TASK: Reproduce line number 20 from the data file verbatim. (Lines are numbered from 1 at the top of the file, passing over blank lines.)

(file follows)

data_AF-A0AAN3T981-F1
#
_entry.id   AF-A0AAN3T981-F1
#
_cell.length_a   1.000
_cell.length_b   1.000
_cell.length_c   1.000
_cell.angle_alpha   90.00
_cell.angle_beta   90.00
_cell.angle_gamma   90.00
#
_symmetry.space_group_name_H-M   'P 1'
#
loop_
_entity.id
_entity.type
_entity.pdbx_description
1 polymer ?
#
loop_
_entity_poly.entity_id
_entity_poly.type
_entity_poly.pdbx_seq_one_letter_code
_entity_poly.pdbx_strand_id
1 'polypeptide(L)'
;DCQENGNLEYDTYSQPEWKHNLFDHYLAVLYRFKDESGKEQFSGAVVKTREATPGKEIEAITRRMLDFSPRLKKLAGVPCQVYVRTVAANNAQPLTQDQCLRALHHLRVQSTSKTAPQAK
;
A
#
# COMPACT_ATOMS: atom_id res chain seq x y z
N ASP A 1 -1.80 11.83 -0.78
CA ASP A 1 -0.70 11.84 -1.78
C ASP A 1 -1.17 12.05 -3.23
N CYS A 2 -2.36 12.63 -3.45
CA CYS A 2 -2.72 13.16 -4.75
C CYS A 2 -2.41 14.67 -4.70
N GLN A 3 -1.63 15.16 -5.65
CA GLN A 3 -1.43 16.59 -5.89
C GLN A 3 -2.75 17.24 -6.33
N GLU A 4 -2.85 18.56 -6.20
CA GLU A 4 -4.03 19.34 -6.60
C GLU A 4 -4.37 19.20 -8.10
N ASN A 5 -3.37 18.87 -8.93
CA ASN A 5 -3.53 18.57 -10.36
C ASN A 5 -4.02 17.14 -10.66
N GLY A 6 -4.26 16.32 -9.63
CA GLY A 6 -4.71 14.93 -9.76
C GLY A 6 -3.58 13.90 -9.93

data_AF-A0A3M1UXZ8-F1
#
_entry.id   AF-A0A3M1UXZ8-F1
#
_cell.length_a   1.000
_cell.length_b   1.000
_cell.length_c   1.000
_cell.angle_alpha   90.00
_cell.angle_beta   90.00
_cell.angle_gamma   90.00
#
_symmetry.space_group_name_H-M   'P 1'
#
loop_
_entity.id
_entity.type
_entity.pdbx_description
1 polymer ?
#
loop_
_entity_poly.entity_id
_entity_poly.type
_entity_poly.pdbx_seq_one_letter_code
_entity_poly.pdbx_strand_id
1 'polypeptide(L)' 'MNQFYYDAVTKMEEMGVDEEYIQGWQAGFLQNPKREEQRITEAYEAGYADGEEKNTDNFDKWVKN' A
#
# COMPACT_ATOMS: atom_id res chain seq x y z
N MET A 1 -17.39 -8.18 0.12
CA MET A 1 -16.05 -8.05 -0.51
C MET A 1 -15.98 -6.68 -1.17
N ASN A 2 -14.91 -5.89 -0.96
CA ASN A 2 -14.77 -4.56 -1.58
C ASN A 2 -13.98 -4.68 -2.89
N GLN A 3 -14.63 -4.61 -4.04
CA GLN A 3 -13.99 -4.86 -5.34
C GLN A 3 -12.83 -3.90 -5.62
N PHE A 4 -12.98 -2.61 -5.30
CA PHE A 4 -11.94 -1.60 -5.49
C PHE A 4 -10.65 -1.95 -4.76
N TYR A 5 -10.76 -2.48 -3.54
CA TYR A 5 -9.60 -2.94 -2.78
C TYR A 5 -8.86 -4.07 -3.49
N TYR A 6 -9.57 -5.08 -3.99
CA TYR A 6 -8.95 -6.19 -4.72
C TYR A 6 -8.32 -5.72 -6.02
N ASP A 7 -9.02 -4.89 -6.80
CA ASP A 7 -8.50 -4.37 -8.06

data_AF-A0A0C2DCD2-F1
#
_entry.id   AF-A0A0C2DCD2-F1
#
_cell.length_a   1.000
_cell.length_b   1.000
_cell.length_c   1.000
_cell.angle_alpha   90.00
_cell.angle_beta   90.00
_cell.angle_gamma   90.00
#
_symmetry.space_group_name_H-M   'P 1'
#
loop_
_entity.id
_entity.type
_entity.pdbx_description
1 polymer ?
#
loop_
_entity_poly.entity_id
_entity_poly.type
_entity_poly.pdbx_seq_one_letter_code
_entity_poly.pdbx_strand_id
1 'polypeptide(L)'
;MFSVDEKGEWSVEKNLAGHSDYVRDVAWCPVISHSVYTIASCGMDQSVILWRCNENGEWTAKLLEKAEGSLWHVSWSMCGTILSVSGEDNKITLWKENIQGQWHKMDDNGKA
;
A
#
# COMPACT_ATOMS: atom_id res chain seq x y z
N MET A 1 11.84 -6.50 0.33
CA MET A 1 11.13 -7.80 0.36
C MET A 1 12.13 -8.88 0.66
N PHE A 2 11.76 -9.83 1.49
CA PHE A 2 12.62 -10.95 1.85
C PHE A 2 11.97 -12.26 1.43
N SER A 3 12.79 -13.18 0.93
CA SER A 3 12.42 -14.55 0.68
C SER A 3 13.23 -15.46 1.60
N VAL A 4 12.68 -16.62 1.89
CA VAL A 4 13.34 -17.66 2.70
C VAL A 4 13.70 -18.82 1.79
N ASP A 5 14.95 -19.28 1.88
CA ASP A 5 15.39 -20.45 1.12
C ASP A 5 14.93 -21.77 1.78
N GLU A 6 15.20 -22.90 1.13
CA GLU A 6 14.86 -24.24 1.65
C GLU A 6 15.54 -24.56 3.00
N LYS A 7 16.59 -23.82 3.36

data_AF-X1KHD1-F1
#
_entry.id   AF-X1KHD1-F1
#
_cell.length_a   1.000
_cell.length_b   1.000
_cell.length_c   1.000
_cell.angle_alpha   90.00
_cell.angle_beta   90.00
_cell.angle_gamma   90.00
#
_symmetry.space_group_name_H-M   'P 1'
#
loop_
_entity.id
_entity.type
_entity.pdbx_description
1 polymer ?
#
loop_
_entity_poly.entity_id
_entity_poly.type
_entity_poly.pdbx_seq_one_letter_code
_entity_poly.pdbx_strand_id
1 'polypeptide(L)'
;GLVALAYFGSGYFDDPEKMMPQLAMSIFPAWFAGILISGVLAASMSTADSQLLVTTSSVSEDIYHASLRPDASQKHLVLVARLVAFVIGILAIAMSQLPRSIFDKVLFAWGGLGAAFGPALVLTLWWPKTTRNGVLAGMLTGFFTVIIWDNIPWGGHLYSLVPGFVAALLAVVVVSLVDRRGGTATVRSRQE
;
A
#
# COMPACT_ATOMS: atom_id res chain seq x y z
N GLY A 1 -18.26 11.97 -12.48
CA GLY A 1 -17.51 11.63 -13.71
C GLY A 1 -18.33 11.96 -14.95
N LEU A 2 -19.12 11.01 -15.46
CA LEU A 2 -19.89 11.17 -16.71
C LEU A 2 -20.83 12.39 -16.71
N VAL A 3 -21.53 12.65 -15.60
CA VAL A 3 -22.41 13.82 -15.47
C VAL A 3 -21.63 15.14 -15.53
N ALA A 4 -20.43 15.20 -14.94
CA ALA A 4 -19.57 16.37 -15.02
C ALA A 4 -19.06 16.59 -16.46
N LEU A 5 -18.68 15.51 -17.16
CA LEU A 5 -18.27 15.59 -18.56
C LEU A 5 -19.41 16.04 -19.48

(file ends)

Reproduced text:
loop_